I don’t think it would be fair to promote this project, although innovative, without speaking about a number of areas in which it could potentially fail to be effective. I would make a brief comment on stage 4 of the process, which I believe may be the blocking point for the diversion project. The Diversion interview must be presided over by a diversion officer who must be trained in diversion, if the police station has no police officer trained then it is my understanding that the process will stall at that point unless the offender can be brought to another station where an officer is trained. However this will be more costly and will necessitate the police officer in the first station to have faith in a process they may have never heard of before.  In addition for stage 6 to be completed a compliance report must be written and reviewed, this again needs a diversion officer to be very proactive and it may be more work intensive that just prosecuting a case in the formal fashion and I think that work will need to be done on the attitudes of police officers towards offenders before this will be preferential to them than regular prosecution. Finally I would foresee that if there isn’t proper monitoring of compliance then an offender could be stuck in the system for a longer period of time than it would have taken to go through the formal system if they are ever properly diverted at all. 

Particularly progressive aspects of the program include permission for the offender to have a support person of their choice present for the stage 4 interview, a mention that financial difficulties should be taken into account as a mitigating factor (quite a controversial aspect), discussions are on a without prejudice basis, if the offender admits other offences they must be passed to another officer and they must be read their rights and cautioned. Whether these important safeguards are adhered to remains to be seen but will be critical to the success of the project.

Friday, September 23, 2011

IMF back in Malawi?




The International Monitory Fund has indicated that is is ready to work with the Malawian Government to bring back the Extended Credit Facility (ECF) (Malawi and the IMF). The ECF is intended to cushion chronic foreign exchange (FOREX) shortages.

In February 2010 the Executive Board of the IMF approved a three-year US$79.4 million arrangement for Malawi under the ECF to support the authorities’ economic program for the period 2010-2012 however in June of this year the IMF was officially declared off track as the country had failed to complete a second year review of the programme due in April 2011 and also following the expulsion of Britain’s envoy in April over a leaked diplomatic cable critical of the President. 

Malawi devalued its currency in August in the hope of reviving the IMF programme (Although obviously any outside influence was denied). The IMF had disagreed with Malawi on the value of the kwacha which had been set for many years at 150 to the dollar, saying it was over-valued and discouraged foreign investment to the poor nation which depends on agriculture and donor inflows for economic survival.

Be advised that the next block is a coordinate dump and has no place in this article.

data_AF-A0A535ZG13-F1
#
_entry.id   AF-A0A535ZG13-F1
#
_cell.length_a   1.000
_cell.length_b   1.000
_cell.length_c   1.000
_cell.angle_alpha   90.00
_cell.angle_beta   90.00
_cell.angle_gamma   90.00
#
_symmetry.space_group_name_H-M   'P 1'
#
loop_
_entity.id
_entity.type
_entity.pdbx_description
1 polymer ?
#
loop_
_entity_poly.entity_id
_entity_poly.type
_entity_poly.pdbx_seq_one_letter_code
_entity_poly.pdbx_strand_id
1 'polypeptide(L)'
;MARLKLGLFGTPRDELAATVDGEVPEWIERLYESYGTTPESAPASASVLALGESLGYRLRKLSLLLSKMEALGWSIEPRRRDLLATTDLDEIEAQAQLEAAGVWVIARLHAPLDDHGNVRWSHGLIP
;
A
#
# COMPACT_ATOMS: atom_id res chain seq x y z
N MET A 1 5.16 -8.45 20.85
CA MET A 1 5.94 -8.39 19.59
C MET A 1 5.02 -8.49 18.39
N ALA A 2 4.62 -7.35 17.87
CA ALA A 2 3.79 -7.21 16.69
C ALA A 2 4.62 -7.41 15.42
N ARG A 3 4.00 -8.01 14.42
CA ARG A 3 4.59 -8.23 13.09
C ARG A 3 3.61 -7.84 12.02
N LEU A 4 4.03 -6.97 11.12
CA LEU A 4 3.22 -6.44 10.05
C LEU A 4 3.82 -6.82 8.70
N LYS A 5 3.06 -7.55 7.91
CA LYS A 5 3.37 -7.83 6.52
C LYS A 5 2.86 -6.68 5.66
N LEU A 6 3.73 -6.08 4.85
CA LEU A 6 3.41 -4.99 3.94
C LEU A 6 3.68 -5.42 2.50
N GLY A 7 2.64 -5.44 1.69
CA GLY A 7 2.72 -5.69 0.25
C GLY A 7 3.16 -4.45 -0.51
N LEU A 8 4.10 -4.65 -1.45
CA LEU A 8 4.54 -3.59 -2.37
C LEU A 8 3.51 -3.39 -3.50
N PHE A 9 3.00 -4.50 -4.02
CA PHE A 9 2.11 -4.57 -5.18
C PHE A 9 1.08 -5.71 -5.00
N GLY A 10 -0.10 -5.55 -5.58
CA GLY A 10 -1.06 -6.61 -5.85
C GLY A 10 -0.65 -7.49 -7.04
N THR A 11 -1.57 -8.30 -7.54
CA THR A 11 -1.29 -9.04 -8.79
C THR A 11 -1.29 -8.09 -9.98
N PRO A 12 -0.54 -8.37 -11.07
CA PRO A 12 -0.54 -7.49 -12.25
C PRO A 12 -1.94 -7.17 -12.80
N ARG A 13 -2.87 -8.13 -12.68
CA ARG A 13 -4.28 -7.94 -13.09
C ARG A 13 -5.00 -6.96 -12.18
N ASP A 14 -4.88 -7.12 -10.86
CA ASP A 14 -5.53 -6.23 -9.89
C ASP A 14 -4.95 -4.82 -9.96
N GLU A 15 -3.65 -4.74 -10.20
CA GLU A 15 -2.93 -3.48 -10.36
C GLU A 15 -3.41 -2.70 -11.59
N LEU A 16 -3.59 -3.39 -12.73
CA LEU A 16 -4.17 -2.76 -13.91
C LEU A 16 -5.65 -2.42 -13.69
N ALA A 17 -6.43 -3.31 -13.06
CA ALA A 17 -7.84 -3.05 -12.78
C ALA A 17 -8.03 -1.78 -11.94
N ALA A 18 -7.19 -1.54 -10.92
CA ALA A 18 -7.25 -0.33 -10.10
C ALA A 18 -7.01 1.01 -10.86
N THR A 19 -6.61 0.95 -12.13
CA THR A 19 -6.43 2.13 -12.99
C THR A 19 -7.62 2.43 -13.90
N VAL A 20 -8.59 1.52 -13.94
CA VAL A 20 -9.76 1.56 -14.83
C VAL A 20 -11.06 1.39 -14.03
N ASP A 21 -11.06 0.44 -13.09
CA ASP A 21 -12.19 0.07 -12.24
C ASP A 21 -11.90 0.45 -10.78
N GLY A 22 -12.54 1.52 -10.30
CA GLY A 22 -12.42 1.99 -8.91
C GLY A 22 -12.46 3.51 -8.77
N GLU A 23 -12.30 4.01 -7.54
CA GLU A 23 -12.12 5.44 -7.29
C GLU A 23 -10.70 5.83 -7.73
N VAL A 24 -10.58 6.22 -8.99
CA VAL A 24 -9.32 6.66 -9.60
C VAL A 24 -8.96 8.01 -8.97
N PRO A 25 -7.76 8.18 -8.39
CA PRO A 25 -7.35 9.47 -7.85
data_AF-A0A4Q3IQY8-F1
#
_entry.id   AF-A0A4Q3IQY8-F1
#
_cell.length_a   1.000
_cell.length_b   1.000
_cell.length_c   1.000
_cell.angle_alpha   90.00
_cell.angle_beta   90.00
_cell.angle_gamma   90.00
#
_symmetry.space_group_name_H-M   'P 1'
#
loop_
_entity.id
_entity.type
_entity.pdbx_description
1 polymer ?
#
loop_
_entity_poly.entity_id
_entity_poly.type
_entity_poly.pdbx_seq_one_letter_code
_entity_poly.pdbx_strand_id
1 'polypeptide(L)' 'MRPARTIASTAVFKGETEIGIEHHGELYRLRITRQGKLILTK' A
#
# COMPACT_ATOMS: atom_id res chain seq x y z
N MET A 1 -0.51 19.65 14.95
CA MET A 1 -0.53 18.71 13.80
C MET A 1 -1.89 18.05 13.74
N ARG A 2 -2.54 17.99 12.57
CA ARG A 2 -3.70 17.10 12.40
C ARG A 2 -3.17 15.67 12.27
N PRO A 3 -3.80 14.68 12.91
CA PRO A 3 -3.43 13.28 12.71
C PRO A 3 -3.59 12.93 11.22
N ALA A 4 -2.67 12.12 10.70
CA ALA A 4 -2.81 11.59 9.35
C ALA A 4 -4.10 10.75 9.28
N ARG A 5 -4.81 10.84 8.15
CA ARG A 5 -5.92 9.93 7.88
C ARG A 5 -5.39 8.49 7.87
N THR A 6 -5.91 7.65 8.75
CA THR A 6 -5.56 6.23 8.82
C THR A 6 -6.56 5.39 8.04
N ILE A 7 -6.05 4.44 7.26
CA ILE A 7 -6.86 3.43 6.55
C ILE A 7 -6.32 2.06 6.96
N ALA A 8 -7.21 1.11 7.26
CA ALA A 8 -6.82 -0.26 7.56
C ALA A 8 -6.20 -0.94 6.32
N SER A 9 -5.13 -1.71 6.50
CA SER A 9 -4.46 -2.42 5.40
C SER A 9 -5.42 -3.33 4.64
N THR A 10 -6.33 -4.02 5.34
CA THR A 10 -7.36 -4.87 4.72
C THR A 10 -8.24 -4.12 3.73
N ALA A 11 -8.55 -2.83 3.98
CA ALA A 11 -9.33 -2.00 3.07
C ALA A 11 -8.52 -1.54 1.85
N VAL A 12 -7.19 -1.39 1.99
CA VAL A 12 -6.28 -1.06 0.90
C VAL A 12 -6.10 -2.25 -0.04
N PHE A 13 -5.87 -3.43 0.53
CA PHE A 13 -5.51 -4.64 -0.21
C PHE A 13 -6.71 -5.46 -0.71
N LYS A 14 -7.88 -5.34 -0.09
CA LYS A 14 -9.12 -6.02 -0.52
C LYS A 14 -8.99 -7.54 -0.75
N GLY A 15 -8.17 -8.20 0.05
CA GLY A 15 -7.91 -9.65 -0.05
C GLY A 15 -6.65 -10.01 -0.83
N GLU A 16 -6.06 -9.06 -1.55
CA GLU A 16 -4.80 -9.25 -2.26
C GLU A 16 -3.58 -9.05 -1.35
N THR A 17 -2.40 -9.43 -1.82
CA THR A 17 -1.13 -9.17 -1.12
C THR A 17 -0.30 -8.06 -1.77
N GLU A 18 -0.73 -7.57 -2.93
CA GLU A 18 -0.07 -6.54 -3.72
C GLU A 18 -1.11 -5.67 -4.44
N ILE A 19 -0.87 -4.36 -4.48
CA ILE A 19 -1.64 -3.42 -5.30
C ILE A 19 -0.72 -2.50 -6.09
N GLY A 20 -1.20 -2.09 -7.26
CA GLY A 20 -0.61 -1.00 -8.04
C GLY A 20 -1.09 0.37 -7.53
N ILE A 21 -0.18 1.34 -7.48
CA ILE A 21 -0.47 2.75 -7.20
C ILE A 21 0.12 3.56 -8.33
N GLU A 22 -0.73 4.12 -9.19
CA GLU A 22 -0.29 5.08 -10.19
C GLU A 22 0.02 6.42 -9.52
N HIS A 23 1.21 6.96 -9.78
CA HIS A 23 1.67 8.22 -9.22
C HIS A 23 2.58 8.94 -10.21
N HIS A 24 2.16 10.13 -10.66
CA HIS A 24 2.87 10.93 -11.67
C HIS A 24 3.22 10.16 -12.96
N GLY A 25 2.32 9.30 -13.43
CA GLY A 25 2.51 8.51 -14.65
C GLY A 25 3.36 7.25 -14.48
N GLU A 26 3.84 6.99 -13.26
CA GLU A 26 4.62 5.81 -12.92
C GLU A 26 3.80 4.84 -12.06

Salima Murder/Manslaughter Trials


This week the Legal Aid office have three trials running in Salima which is a beautiful township in the south of central Malawi. As a side note the beach there at Senga Bay is the weekend retreat of many from Lilongwe and we enjoyed a visit to it a few weeks ago. It also hosted the annual Lake of Stars festival for the last three years but it has been moved this year to Mangochi.... but I digress... we are heading up for three trials, 1 of which is slated to be a manslaughter trial which will be my first and they are held in the Magistrates Court rather than the High Court and the other two are listed as murder trials currently.

From a statistical and case management point of view these cases are quite interesting as they are all from 2011 which is somewhat at odds with the fact that there are currently hundreds of men sitting in jails around the country awaiting trials to go ahead for longer than a year. We are hoping that gathering this information will be useful as the project goes on, especially with Carolann now being set up to start work in the prosecutors office.

More on how the trials run next week..

CONGOMA letter suspending dialogue

The text of the letter from Council for Non-Gov organisations (CONGOMA) suspending dialogue between themselves and the government has been made available available here

It basically sets out that dialogue could not continue with the atmosphere of violence and intimidation that is being directed towards civil society leaders. They call for the Head of State to insure their safety and to denounce violence before they return to the UNDP facilitated talks. Pigs are more likely to fly before that will happen I think...

The letter is signed by Voice Mhone, the dialogue team leader and chair of CONGOMA

Thursday, September 15, 2011

CONGOMA pulls out of UN led dialogue

Malawian Civil Society Organisations (CSO's)- an umbrella body of NGOs as coordinated by the Council for Non Governmental Organisations (CONGOMA) have pulled out of the UN facilitated dialogue that had previously halted the proposed August 17th vigil while talks were ongoing between the CSO's and government officials. CSO's were asking for specific matters to be dealt with during the talks that had been presented on July 20th. They had previous called for the nationwide August 17th vigil to protest Mutharika's rule.